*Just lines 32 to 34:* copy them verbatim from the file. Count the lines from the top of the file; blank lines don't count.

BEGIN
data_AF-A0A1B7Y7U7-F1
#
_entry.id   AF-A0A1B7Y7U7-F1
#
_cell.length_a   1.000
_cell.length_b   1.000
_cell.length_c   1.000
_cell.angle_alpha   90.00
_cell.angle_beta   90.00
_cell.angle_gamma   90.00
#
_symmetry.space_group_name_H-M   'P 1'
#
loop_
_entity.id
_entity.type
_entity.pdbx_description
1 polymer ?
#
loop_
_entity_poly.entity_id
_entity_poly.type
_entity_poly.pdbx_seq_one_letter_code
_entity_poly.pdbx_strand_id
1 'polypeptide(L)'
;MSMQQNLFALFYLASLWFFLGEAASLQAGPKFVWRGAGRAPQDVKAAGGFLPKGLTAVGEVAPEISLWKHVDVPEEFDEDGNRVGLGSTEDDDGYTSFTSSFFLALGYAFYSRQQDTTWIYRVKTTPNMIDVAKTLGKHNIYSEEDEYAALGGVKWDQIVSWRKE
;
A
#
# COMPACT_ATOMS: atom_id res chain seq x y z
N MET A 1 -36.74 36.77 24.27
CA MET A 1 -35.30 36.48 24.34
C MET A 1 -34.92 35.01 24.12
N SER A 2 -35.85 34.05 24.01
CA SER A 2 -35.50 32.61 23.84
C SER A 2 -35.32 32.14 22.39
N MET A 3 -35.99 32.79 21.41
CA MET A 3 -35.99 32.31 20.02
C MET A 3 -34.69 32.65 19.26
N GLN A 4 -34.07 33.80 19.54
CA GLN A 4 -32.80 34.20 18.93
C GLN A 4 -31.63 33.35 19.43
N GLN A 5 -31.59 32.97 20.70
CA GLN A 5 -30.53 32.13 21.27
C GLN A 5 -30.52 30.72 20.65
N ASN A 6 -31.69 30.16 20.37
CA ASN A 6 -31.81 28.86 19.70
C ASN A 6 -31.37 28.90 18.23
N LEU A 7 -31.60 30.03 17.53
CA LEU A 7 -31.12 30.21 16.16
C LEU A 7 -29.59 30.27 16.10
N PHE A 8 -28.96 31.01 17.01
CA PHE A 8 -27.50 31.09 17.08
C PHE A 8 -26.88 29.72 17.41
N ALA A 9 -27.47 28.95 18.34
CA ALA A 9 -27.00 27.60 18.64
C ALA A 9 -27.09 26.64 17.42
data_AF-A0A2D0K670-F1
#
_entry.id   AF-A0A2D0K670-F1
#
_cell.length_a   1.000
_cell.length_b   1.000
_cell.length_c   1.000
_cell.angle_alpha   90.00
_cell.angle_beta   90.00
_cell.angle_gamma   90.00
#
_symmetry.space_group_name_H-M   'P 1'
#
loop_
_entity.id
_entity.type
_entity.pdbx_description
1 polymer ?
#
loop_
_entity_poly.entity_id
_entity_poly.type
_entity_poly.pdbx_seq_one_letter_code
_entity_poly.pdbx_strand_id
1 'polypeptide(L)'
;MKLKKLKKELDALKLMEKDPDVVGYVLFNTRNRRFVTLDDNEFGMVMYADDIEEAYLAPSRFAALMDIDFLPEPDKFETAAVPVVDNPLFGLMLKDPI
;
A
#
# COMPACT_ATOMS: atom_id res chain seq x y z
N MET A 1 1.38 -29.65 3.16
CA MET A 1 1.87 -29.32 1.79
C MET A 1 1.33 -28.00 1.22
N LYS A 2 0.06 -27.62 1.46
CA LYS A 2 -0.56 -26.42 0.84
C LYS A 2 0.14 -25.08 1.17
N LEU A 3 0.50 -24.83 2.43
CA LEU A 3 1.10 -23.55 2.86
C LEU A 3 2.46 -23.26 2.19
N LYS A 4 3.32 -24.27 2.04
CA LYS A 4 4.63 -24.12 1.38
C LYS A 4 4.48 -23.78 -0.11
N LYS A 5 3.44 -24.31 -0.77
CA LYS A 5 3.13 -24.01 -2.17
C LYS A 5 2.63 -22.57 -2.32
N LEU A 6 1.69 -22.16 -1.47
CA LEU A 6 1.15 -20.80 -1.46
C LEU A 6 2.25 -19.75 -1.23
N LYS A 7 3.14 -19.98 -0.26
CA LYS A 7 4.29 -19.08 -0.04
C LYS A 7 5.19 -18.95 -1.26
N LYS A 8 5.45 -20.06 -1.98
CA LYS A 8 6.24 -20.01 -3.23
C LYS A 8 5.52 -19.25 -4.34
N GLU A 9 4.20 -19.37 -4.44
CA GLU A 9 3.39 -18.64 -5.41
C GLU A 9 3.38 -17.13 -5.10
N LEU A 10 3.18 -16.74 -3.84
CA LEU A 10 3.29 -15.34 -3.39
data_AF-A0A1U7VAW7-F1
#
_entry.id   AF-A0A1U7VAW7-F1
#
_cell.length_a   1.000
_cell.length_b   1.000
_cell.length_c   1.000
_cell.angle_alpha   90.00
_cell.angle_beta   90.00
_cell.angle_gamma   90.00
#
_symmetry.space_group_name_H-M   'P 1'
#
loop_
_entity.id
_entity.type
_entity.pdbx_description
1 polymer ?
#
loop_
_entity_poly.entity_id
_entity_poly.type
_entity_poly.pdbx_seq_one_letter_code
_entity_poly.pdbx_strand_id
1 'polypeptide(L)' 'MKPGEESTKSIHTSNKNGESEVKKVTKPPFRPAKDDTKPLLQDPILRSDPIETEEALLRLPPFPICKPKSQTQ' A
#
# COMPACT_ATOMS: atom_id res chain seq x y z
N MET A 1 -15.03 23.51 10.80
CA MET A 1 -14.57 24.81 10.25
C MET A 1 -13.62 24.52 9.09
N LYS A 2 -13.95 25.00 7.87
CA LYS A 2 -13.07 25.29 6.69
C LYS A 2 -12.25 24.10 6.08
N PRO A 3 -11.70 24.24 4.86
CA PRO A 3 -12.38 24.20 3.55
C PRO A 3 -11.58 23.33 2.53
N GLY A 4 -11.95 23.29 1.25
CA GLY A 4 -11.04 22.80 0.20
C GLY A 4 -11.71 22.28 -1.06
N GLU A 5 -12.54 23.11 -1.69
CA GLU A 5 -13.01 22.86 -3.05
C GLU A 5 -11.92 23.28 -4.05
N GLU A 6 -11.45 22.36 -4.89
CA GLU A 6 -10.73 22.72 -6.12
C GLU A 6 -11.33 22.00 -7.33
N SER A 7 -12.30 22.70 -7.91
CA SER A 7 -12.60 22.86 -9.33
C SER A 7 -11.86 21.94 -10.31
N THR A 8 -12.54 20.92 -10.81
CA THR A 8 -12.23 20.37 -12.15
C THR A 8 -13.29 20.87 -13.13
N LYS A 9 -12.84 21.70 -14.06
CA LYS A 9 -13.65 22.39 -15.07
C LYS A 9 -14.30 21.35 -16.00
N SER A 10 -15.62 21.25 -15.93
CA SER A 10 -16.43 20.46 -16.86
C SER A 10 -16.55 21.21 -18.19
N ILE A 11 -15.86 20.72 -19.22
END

CA MET A 1 -35.30 36.48 24.34
C MET A 1 -34.92 35.01 24.12
N SER A 2 -35.85 34.05 24.01